It’s true that autumn is the time of harvest. But for certain species it can also be a great time for planting. Fall is an ideal time for root growth because the soil is typically warmer than the air above ground. Utilize these conditions to your advantage to get in some quick growers before winter arrives as well as establish a strong foothold for spring time bloomers. We’ve come up with a list of four steps for fall planting.
Understanding your typical local weather conditions will inform what you can plant and when. Get an overview of your garden that allows you to understand where the autumn sun will fixate and what types of plants will flourish best where. Drawing up a rough map isn’t a bad idea. Plan to do your planting on an overcast day when the humidity is likely higher and the sun and heat won’t stress your new plantings.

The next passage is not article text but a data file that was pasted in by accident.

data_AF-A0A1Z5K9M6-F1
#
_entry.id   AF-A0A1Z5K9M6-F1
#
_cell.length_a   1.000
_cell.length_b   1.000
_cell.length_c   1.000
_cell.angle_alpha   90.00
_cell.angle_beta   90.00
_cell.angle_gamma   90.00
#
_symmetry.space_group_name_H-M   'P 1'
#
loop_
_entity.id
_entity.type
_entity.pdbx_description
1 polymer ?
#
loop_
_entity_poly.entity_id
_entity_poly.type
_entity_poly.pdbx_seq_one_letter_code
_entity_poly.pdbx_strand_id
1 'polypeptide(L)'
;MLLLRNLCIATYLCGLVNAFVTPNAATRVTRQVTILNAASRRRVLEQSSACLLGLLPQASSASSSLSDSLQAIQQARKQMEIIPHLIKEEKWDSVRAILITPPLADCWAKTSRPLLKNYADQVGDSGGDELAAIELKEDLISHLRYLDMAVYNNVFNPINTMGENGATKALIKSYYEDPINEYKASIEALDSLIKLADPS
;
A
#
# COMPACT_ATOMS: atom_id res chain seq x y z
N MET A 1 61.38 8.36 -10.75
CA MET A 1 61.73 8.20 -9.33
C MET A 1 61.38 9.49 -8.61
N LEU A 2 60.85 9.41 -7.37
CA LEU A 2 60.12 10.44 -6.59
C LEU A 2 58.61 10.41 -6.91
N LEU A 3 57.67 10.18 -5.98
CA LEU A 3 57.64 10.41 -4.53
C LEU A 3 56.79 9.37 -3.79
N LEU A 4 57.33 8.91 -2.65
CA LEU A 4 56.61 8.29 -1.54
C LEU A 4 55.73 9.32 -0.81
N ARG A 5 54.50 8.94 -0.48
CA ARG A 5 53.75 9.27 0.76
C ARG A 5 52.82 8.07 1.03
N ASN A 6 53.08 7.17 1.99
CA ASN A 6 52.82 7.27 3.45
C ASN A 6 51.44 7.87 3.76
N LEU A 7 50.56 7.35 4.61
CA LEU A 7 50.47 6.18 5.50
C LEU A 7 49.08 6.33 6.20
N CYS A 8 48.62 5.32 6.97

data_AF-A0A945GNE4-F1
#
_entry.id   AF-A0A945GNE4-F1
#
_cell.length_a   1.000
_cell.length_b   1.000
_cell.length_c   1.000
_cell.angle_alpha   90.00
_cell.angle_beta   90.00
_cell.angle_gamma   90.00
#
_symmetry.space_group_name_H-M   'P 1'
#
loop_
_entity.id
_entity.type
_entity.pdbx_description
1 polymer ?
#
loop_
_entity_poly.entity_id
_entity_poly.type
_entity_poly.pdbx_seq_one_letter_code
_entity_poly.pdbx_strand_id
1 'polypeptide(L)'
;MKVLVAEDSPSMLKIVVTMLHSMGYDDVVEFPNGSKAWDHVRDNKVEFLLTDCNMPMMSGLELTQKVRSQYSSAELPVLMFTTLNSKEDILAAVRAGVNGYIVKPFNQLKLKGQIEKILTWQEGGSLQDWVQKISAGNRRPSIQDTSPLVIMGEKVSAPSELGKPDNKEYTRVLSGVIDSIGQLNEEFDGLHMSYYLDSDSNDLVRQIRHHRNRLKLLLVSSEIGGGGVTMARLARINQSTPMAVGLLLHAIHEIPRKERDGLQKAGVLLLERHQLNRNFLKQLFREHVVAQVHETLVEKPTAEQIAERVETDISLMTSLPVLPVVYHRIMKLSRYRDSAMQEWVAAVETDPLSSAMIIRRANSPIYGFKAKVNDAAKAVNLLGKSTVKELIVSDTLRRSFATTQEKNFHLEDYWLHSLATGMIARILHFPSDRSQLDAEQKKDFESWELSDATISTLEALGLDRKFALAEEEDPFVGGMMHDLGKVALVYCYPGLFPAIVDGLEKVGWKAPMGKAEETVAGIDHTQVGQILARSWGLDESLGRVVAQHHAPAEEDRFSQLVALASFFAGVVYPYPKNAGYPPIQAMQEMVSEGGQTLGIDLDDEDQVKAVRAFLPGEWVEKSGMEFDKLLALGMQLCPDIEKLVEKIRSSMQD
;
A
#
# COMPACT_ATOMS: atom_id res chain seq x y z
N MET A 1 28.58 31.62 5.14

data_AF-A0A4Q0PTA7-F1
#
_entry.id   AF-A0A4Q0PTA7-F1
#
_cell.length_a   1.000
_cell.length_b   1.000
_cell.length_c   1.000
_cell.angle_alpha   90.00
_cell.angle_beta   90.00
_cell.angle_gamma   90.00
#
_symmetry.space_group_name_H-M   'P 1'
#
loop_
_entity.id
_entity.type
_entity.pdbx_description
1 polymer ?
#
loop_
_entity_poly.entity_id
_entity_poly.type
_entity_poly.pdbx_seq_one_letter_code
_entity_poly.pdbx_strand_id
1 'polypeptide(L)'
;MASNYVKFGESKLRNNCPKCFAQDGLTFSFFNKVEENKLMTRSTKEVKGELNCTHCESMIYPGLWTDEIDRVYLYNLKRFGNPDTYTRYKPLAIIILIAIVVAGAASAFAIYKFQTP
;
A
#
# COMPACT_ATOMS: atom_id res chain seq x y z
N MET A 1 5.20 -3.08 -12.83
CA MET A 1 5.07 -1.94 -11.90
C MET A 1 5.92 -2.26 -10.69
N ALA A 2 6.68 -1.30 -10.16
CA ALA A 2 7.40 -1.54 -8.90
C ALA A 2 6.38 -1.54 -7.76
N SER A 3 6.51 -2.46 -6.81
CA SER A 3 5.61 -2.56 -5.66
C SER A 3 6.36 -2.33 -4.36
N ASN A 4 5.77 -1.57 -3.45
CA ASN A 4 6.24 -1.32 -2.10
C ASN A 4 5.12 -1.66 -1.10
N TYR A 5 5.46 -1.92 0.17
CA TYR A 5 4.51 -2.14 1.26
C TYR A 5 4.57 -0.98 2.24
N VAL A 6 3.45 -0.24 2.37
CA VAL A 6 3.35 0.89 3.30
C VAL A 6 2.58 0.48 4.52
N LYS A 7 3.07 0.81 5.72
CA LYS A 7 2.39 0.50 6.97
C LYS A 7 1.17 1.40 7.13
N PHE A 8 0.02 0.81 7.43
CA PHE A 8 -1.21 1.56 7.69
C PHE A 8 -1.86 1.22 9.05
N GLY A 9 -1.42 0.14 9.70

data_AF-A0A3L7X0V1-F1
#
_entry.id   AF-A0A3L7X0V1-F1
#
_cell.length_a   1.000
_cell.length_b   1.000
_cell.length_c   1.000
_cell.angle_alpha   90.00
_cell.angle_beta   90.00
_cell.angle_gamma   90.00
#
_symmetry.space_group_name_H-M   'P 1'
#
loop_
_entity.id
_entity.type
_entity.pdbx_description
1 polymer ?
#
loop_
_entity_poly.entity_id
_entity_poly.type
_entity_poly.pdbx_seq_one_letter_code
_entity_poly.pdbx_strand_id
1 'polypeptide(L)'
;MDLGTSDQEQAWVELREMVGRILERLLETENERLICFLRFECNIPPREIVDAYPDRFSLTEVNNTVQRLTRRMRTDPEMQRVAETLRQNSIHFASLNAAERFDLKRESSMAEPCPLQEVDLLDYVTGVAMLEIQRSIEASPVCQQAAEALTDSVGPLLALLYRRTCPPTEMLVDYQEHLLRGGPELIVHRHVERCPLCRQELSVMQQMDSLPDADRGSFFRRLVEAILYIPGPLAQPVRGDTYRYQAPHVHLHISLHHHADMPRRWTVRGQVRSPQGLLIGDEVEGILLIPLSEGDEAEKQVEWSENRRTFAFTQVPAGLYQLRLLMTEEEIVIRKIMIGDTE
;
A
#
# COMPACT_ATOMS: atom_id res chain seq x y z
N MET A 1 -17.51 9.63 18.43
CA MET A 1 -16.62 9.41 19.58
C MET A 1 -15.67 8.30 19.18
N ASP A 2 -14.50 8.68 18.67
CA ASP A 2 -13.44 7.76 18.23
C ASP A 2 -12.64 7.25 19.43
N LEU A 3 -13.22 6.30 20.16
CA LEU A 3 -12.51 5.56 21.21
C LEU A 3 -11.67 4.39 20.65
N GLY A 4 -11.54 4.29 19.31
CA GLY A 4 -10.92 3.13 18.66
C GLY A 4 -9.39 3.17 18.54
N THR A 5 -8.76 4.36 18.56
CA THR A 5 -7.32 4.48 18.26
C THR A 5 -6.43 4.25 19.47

Just because the fall is typically a time of harvest for most vegetables doesn’t mean you can’t plant any more. Quick growing, cool weather vegetables still have time to root and produce edible results. Look to radishes, turnips and spinaches as good examples. To get a head start for an early spring harvest, you can plant beans, peas, onions and garlic in the fall and allow them to overwinter.
Bulb plants that bloom in the spring, such as tulips, need to lie dormant during the cool season of winter, so fall planting is a must. Planting them in the autumn allows them to establish some roots and then hibernate over the winter. Come spring they’ll give your yard a splash of bright colours.
Planting trees in the fall allows them to establish a good root system over the winter and prepares them to do well once the warm weather returns. You won’t have to worry about the saplings being scorched by the hot sun. The extra moisture of the fall and winter will also cut back on the amount of maintenance you need to perform yourself. If you have visions of long lasting trees or shrubs, now is the time to get them started.